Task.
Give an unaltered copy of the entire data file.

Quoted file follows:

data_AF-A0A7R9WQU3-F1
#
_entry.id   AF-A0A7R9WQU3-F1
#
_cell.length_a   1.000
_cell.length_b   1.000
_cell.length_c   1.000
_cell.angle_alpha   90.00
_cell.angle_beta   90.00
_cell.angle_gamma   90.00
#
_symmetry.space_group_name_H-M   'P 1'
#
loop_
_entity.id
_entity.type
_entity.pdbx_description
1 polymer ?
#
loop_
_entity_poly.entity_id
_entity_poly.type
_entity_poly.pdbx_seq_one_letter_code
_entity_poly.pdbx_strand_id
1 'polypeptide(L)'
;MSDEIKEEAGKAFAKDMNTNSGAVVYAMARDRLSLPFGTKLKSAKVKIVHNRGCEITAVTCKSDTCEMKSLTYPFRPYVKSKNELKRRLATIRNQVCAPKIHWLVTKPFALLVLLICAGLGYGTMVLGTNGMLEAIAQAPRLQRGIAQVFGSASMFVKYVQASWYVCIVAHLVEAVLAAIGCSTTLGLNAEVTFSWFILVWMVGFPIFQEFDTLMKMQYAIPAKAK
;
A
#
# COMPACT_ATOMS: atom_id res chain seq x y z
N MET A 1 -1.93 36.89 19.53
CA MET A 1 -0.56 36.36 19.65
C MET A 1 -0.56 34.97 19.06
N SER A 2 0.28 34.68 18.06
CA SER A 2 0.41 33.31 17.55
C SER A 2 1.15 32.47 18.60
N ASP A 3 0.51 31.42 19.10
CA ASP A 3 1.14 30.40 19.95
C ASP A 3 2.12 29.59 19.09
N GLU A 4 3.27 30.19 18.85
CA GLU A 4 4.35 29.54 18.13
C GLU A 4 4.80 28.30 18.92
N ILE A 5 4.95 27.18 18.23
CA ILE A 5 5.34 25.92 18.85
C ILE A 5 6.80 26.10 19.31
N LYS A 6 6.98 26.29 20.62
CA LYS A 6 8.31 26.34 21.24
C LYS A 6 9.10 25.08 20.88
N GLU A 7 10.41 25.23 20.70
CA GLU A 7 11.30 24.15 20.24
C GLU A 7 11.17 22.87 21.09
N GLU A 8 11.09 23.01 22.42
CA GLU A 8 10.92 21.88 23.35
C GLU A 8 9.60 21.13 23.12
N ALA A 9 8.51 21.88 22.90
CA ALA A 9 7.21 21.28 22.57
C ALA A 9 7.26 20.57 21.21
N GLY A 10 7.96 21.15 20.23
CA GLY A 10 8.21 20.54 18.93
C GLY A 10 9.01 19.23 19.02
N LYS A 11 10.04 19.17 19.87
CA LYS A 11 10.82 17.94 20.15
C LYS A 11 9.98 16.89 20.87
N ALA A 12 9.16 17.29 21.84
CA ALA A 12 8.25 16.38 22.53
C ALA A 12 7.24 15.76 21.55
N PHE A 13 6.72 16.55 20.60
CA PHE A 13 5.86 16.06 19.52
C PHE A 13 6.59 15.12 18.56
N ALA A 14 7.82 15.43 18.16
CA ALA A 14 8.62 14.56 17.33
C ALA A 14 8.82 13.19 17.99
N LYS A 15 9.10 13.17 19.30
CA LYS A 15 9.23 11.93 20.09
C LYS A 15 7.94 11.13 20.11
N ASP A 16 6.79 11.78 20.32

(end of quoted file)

data_AF-A0A7R9WQU3-F1
#
_entry.id   AF-A0A7R9WQU3-F1
#
_cell.length_a   1.000
_cell.length_b   1.000
_cell.length_c   1.000
_cell.angle_alpha   90.00
_cell.angle_beta   90.00
_cell.angle_gamma   90.00
#
_symmetry.space_group_name_H-M   'P 1'
#
loop_
_entity.id
_entity.type
_entity.pdbx_description
1 polymer ?
#
loop_
_entity_poly.entity_id
_entity_poly.type
_entity_poly.pdbx_seq_one_letter_code
_entity_poly.pdbx_strand_id
1 'polypeptide(L)'
;MSDEIKEEAGKAFAKDMNTNSGAVVYAMARDRLSLPFGTKLKSAKVKIVHNRGCEITAVTCKSDTCEMKSLTYPFRPYVKSKNELKRRLATIRNQVCAPKIHWLVTKPFALLVLLICAGLGYGTMVLGTNGMLEAIAQAPRLQRGIAQVFGSASMFVKYVQASWYVCIVAHLVEAVLAAIGCSTTLGLNAEVTFSWFILVWMVGFPIFQEFDTLMKMQYAIPAKAK
;
A
#
# COMPACT_ATOMS: atom_id res chain seq x y z
N MET A 1 -1.93 36.89 19.53
CA MET A 1 -0.56 36.36 19.65
C MET A 1 -0.56 34.97 19.06
N SER A 2 0.28 34.68 18.06
CA SER A 2 0.41 33.31 17.55
C SER A 2 1.15 32.47 18.60
N ASP A 3 0.51 31.42 19.10
CA ASP A 3 1.14 30.40 19.95
C ASP A 3 2.12 29.59 19.09
N GLU A 4 3.27 30.19 18.85
CA GLU A 4 4.35 29.54 18.13
C GLU A 4 4.80 28.30 18.92
N ILE A 5 4.95 27.18 18.23
CA ILE A 5 5.34 25.92 18.85
C ILE A 5 6.80 26.10 19.31
N LYS A 6 6.98 26.29 20.62
CA LYS A 6 8.31 26.34 21.24
C LYS A 6 9.10 25.08 20.88
N GLU A 7 10.41 25.23 20.70
CA GLU A 7 11.30 24.15 20.24
C GLU A 7 11.17 22.87 21.09
N GLU A 8 11.09 23.01 22.42
CA GLU A 8 10.92 21.88 23.35
C GLU A 8 9.60 21.13 23.12
N ALA A 9 8.51 21.88 22.90
CA ALA A 9 7.21 21.28 22.57
C ALA A 9 7.26 20.57 21.21
N GLY A 10 7.96 21.15 20.23
CA GLY A 10 8.21 20.54 18.93
C GLY A 10 9.01 19.23 19.02
N LYS A 11 10.04 19.17 19.87
CA LYS A 11 10.82 17.94 20.15
C LYS A 11 9.98 16.89 20.87
N ALA A 12 9.16 17.29 21.84
CA ALA A 12 8.25 16.38 22.53
C ALA A 12 7.24 15.76 21.55
N PHE A 13 6.72 16.55 20.60
CA PHE A 13 5.86 16.06 19.52
C PHE A 13 6.59 15.12 18.56
N ALA A 14 7.82 15.43 18.16
CA ALA A 14 8.62 14.56 17.33
C ALA A 14 8.82 13.19 17.99
N LYS A 15 9.10 13.17 19.30
CA LYS A 15 9.23 11.93 20.09
C LYS A 15 7.94 11.13 20.11
N ASP A 16 6.79 11.78 20.32